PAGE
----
But he did not stop now; his task was almost completed. Noticing a patch where there were neither bonsai plants nor the overarching reach of the rubber plant’s fronds, he placed the small white stone pagoda and surveyed the result. Perfect. It balanced the whole arrangement nicely.
He took an old watering can he’d found in the garden shed, filled it with water, and carefully watered the bonsai and the rubber plant. Then he sat back, resting against the cool stone steps leading down from the back door, and studied his creation.
He felt a small, absurd sense of delight. Despite all his procrastinating and delays, that task was finished at last.
He had planted the bonsai garden.
For a long time afterwards, he tended the garden diligently. On hot days he watered the garden twice, once in the morning, once in the evening. On days when rain fell, he only watered it in the morning. Every weekend, he removed any weeds that happened to poke up between the small white pebbles. He gathered up fallen leaves and twigs.
The bonsai garden gave him a feeling of joy and delight. Perhaps it was its simplicity, the bald contrast between the bright white pebbles and the darker green of the bonsai foliage. Or perhaps it was the knowledge that he himself had created it, converting a sterile patch of ground into a small space of beautiful perfection.
His wife and children were amused by what they regarded as his “pastime”. His friends found it astounding that he should devote himself so whole-heartedly to this project. It was, afterall, just a collection of bonsai plants in pots, arranged around an undistinguished rubber plant. They smiled indulgently as they discussed what they all regarded as his charming eccentricity.
But as the hot days of Summer gave way to the chill brightness of Autumn; and as this in turn deepened into the bleak gloom of Winter, doubt began to gnaw away at his happiness. One of the bonsai – which to him looked like a kind of miniature pine tree – did not seem to thrive, no matter how careful his ministrations.
He tried moving it to various positions in the garden, to see if more or less shade would help it recover. He tried giving it more, then less, water than the other plants. He tried special fertilisers and nutrient feeds. Nothing seemed to work. One by one, the plant’s needles turned brittle and brown. It was as though some canker was working its way through the bonsai’s system, killing it before his very eyes.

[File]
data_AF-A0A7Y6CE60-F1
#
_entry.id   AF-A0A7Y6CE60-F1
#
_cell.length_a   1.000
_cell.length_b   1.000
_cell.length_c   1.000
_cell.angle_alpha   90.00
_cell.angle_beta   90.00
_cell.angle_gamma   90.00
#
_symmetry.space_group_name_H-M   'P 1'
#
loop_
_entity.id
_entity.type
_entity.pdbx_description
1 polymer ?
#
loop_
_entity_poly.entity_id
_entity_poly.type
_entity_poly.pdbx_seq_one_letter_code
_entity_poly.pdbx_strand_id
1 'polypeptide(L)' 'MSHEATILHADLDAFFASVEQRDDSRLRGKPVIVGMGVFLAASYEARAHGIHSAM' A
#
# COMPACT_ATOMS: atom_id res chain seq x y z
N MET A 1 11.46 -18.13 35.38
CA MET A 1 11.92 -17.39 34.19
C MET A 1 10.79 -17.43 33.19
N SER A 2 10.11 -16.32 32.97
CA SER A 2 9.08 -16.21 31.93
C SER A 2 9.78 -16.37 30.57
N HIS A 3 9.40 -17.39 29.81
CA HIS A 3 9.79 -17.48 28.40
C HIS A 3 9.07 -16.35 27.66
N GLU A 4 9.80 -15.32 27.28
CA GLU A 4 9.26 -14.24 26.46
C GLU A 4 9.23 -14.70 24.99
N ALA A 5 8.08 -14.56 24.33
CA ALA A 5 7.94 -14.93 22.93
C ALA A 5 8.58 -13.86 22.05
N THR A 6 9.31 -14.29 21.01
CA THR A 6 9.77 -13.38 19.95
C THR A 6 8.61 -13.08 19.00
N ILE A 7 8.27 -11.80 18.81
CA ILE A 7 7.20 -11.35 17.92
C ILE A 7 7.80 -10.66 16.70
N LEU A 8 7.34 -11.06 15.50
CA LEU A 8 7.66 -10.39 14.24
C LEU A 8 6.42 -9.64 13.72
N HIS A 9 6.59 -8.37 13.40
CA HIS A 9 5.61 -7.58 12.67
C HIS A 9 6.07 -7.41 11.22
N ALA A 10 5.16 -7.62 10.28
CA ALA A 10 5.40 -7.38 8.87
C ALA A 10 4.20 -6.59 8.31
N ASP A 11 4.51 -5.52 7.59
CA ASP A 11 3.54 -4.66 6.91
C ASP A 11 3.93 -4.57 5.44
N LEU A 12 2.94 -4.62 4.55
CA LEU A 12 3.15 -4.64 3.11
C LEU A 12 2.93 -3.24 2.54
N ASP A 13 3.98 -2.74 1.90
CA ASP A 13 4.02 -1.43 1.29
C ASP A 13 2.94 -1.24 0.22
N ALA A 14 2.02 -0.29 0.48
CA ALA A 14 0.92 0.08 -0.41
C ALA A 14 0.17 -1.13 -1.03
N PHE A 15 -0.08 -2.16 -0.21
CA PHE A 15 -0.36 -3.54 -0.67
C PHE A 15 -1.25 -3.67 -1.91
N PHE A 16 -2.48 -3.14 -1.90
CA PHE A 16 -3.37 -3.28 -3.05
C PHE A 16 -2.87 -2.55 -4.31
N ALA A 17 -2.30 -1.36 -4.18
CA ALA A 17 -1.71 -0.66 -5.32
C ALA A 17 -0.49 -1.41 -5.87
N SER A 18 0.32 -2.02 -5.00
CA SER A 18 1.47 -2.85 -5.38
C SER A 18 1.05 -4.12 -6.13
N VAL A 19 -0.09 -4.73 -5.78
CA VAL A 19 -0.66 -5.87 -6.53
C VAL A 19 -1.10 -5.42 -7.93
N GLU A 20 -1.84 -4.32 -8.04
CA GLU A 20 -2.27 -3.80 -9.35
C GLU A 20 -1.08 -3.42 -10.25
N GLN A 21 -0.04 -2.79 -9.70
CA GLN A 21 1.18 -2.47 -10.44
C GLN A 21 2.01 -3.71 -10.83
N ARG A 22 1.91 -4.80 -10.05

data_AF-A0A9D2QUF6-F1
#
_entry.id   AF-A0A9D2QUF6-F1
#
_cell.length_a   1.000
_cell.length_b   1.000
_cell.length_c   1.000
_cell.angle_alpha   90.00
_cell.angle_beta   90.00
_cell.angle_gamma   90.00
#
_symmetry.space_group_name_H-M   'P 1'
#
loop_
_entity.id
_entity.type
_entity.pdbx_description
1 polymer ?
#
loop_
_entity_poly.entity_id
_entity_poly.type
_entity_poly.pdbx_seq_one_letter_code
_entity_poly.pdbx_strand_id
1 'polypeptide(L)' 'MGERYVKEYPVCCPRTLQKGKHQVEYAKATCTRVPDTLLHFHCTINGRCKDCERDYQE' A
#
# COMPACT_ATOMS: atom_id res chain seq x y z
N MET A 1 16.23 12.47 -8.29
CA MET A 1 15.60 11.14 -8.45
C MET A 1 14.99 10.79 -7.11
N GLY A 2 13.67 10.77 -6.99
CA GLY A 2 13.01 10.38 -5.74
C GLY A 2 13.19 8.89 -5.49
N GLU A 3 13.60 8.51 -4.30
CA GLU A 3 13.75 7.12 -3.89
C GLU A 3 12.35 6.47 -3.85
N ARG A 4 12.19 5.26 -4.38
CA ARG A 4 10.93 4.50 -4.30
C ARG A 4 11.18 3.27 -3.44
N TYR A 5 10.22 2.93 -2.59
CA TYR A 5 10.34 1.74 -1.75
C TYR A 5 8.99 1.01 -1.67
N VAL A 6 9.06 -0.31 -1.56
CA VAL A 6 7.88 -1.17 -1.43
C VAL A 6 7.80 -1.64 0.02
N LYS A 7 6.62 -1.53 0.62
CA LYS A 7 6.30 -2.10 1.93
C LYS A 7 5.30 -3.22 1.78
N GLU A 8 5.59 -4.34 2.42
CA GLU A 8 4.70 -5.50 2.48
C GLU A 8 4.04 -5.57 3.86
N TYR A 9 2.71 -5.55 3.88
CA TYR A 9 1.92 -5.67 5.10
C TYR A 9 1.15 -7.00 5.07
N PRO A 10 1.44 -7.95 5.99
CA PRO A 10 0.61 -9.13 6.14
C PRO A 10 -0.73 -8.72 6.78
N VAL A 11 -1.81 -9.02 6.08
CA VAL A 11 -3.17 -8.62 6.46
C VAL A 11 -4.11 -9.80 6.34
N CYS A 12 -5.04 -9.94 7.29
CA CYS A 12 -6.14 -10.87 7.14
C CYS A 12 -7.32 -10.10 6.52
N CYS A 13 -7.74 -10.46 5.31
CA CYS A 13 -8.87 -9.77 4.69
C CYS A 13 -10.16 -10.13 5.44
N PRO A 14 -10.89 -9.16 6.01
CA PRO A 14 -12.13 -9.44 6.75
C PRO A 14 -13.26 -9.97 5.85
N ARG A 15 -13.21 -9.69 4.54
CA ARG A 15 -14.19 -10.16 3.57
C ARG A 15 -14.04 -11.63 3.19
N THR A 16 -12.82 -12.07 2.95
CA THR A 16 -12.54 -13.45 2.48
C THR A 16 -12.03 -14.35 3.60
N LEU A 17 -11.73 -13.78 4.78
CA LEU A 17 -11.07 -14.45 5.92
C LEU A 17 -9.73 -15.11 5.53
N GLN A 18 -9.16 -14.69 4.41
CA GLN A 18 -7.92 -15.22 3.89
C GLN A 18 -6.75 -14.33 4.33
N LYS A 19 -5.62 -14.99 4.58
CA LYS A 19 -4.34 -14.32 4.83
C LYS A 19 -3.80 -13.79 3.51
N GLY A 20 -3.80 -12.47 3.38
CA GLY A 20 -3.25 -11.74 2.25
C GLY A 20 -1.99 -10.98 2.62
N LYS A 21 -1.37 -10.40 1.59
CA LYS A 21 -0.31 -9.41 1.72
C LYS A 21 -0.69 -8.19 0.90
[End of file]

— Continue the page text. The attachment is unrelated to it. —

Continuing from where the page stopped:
By mid-Winter, all the needles had turned a lifeless brown. To his surprise, none had fallen off; they just stuck out from the tiny trunk, like a mocking caricature of what it ought to have been.
After a while, he stopped tending the garden so diligently. It was Winter, he told himself, and raining. The plants didn’t need watering so much. Besides, it was far too cold to do any weeding. It was just a garden, afterall. It could attend to himself.
He knew he was in mourning, grieving for the little pine plant that had died despite his best efforts. He chided himself for such foolishness, told himself to grow up. Plants are living things, afterall; like people, they die. For all he knew, this one had been diseased, wracked by some plant-rot no amount of effort could have stemmed.
A kind of fog seemed to settle over his mind and heart. His wife noticed it, and enquired after his well-being. I’m alright, was his standard reply. Just tired.
His friends and work colleagues noticed a change in his attitude: a growing apathy and disengagement. He would smile wanly in reply to their concerns, reassure them that all he required was a holiday.
But he knew in his heart of hearts that he was neither tired nor in need of time away. He would stare glumly out the window at the bonsai garden, note its increasingly dilapidated state. Weeds grew and thrived, creeping over the small white pebbles. Tattered spider webs hung from the branches of the rubber plant. Leaves and twigs piled up against the pots.
He made a few desultory attempts to rescue the garden from its tumbledown condition. But he would only be at the task a few minutes, half-heartedly plucking at weeds and twigs, before the sight of the dead miniature pine tree robbed him of what little initiative he possessed. Angrily, he resolved to get rid of it, to throw out this reminder of his failure. But in the end he just stared at the shrivelled brown plant, seized once again by a strange despair seemingly out of all proportion to the situation.